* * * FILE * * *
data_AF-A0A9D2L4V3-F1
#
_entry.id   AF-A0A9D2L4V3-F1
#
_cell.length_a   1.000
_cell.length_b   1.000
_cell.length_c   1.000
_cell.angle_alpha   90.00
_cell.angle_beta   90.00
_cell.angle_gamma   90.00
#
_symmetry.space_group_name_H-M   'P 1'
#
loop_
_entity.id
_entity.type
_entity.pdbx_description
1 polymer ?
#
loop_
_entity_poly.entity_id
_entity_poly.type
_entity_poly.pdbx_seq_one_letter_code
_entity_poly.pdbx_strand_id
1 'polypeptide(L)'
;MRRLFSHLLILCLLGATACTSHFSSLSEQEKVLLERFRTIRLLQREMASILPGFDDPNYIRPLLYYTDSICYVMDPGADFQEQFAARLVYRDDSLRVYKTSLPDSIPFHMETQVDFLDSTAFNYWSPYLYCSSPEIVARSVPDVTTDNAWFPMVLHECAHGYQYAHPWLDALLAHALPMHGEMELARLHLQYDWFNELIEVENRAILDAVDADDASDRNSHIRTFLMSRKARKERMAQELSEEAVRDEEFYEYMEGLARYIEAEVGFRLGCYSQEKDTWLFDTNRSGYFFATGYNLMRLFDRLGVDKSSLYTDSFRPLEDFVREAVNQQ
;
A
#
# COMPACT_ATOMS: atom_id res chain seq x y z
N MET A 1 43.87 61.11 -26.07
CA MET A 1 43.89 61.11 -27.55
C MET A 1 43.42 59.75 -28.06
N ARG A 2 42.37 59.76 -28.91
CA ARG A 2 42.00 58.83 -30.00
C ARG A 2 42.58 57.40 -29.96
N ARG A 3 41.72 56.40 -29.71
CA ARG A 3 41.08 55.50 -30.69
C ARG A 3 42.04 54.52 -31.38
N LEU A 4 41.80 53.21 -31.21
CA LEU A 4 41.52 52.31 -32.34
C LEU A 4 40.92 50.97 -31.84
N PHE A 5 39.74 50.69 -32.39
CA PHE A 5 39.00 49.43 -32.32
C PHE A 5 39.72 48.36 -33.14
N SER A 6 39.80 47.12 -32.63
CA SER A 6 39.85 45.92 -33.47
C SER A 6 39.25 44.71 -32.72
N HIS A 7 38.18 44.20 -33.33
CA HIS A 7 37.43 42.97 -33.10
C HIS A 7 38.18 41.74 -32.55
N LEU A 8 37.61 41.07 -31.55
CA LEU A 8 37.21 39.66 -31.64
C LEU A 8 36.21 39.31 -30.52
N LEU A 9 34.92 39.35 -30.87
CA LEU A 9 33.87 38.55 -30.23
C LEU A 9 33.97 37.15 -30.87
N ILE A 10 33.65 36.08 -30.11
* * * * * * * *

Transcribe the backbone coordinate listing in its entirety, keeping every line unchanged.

data_AF-A0A9D2L4V3-F1
#
_entry.id   AF-A0A9D2L4V3-F1
#
_cell.length_a   1.000
_cell.length_b   1.000
_cell.length_c   1.000
_cell.angle_alpha   90.00
_cell.angle_beta   90.00
_cell.angle_gamma   90.00
#
_symmetry.space_group_name_H-M   'P 1'
#
loop_
_entity.id
_entity.type
_entity.pdbx_description
1 polymer ?
#
loop_
_entity_poly.entity_id
_entity_poly.type
_entity_poly.pdbx_seq_one_letter_code
_entity_poly.pdbx_strand_id
1 'polypeptide(L)'
;MRRLFSHLLILCLLGATACTSHFSSLSEQEKVLLERFRTIRLLQREMASILPGFDDPNYIRPLLYYTDSICYVMDPGADFQEQFAARLVYRDDSLRVYKTSLPDSIPFHMETQVDFLDSTAFNYWSPYLYCSSPEIVARSVPDVTTDNAWFPMVLHECAHGYQYAHPWLDALLAHALPMHGEMELARLHLQYDWFNELIEVENRAILDAVDADDASDRNSHIRTFLMSRKARKERMAQELSEEAVRDEEFYEYMEGLARYIEAEVGFRLGCYSQEKDTWLFDTNRSGYFFATGYNLMRLFDRLGVDKSSLYTDSFRPLEDFVREAVNQQ
;
A
#
# COMPACT_ATOMS: atom_id res chain seq x y z
N MET A 1 43.87 61.11 -26.07
CA MET A 1 43.89 61.11 -27.55
C MET A 1 43.42 59.75 -28.06
N ARG A 2 42.37 59.76 -28.91
CA ARG A 2 42.00 58.83 -30.00
C ARG A 2 42.58 57.40 -29.96
N ARG A 3 41.72 56.40 -29.71
CA ARG A 3 41.08 55.50 -30.69
C ARG A 3 42.04 54.52 -31.38
N LEU A 4 41.80 53.21 -31.21
CA LEU A 4 41.52 52.31 -32.34
C LEU A 4 40.92 50.97 -31.84
N PHE A 5 39.74 50.69 -32.39
CA PHE A 5 39.00 49.43 -32.32
C PHE A 5 39.72 48.36 -33.14
N SER A 6 39.80 47.12 -32.63
CA SER A 6 39.85 45.92 -33.47
C SER A 6 39.25 44.71 -32.72
N HIS A 7 38.18 44.20 -33.33
CA HIS A 7 37.43 42.97 -33.10
C HIS A 7 38.18 41.74 -32.55
N LEU A 8 37.61 41.07 -31.55
CA LEU A 8 37.21 39.66 -31.64
C LEU A 8 36.21 39.31 -30.52
N LEU A 9 34.92 39.35 -30.87
CA LEU A 9 33.87 38.55 -30.23
C LEU A 9 33.97 37.15 -30.87
N ILE A 10 33.65 36.08 -30.11